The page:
Jo  Wright
15 Jul

Why data testing is a Boardroom issue. But all too often is not

15 July 2011 by Jo Wright

So once your products are all they should be, what then? The clue is in the paragraph above, i.e. 'customers expect'. And boy, don't they, and if companies lose sight of the need to match good products with even better customer service, they'll be undone.

And what can possibly help organisations manage the countervailing pull of product, service and innovation? It's data. Lots of lovely data and the systems they feed. Business systems that oversee sales processes, monitor peaks and troughs, hunt for evidence of trends and manage customer contact strategies that enhance rather than destroy customer relations.

Not hacking customers off is a 21st century requirement, something that United Airlines will be sensitive to after a disastrous day last month. I can't pretend to know what lay behind the computer system shut down but developers and testers acknowledge that although it takes a huge effort to manually create data to test new functionality, that effort does not result in data that tests all scenarios.

The business case for synthetic data is now clear as it is the only way to create data with a rich enough spread to go beyond examining how data performs in existing systems and scrutinizes how functionality will hold up in the parameters of new.

So, with business systems at the very heart of how companies function and indispensable when determining strategies to maintain growth, why isn't data testing and development a front-of-mind, non-negotiable, number-one priority?

My view is that even today in the boardroom, the big cheeses don't get it. Not enough CEOs were CTOs.

Too many 'C' level honchos are happy to sketch out what they want to see grafted onto a business but too few appreciate the time it should take to develop systems. With the 'it should have been done yesterday' pressures of today's business environment, time is money but get the planning stage wrong and the costs are almost incalculable.

Few would trust a carpenter to start building a cabinet without plans, and thorough plans at that, so why do businesses tolerate minimal resources for testing?

Soon enough, the use of synthetic data and comprehensive test data management strategies will be the norm. And as an ordinary consumer, it can't come soon enough.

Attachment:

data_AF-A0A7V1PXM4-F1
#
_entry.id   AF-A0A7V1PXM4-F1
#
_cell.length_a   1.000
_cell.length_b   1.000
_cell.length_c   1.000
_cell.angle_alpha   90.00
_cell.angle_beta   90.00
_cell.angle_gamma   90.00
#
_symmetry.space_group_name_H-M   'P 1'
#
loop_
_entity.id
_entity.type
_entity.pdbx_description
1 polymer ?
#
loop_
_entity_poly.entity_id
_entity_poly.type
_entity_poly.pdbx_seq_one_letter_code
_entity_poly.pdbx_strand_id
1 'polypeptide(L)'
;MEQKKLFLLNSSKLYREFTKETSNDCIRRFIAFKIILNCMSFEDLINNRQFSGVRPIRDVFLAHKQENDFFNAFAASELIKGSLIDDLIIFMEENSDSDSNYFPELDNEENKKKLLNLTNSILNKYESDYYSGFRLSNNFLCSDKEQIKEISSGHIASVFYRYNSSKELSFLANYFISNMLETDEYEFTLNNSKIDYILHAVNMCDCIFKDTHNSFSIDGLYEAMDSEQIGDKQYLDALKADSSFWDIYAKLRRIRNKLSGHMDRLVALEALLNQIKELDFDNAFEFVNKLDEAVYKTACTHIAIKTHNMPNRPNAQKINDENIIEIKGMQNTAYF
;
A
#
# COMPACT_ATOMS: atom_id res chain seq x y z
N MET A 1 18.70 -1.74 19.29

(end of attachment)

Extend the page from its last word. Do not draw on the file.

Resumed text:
www.grid-tools.com

 

1 comment(s) for “Why data testing is a Boardroom issue. But all too often is not”

  1. Gravatar of Steve Littlejohn
    Steve Littlejohn Says:
    I agree with you Jo to a certain extent. The trouble with many older companies is the organic growth of the systems before legislation was brought in such as the Data Protection Act. Data back in those days could be used with impunity and a copy of production data was either relatively easy or a difficult chore as data tools were expensive and few and far between. As least then there were normally restrictions about who could see or use the data in the environments although obfuscation was never used. The data grew over the years however, as testing was always done that way, the data was either recopied or had to rely on occasional refreshes to keep it valid. Mind you I should point out that a refresh was normally just to add new Production data rather than clear it down completely. Due to this the preception that data is a problem is hidden from the 'C' levels, its been running smoothly for years, there's a bit of grumbling but that's standard for a bunch of techies - right?!

    These days with so many data losses companies are becoming more aware that the data is an issue. They might start with addressing their security and data quality in Production but for testers hopefully it is only a matter or time before they realise what testers are using to test. The data could be in any state but it is for the most part still Production data - and could still be a cause of embarrassment if it escapes the test environment.

    In my many years experience of investigating and improving companies' use of data I have rarely found a company that can easily supply obfuscated, integrated (across the data landscape)sets of data for test environments that fully meets the tester's requirements. There are a lot of perceptions out there - its production data so it provides 100 percent test coverage, its safe to use production data copies for testing mailing systems, its a test environment so it doesn't matter who sees the data, users always need to see production data or they can't understand it and so it goes on - but these are excuses to avoid solving the data problems.

    It is a boardroom issue in that the 'C' levels need to understand that they have serious issues at the "coal face" from which their systems are mined. It is the CTO that has to make them understand that data protection breaches are probably happening every day without recognition within their test environments. Production systems tend to be ring-fenced and secure but their test environments are being exported, with their copied Production data, to various parts of the world as part of outsourcing deals. Once this is realised and addressed the testers for once might actually be able to get the right tools to obtain or create the right data at the right time. Perhaps its also time for testers to rise up and point out the dangers of the data in the test environments!

Leave comment:

Name:  
Email:  
Website:
Comment: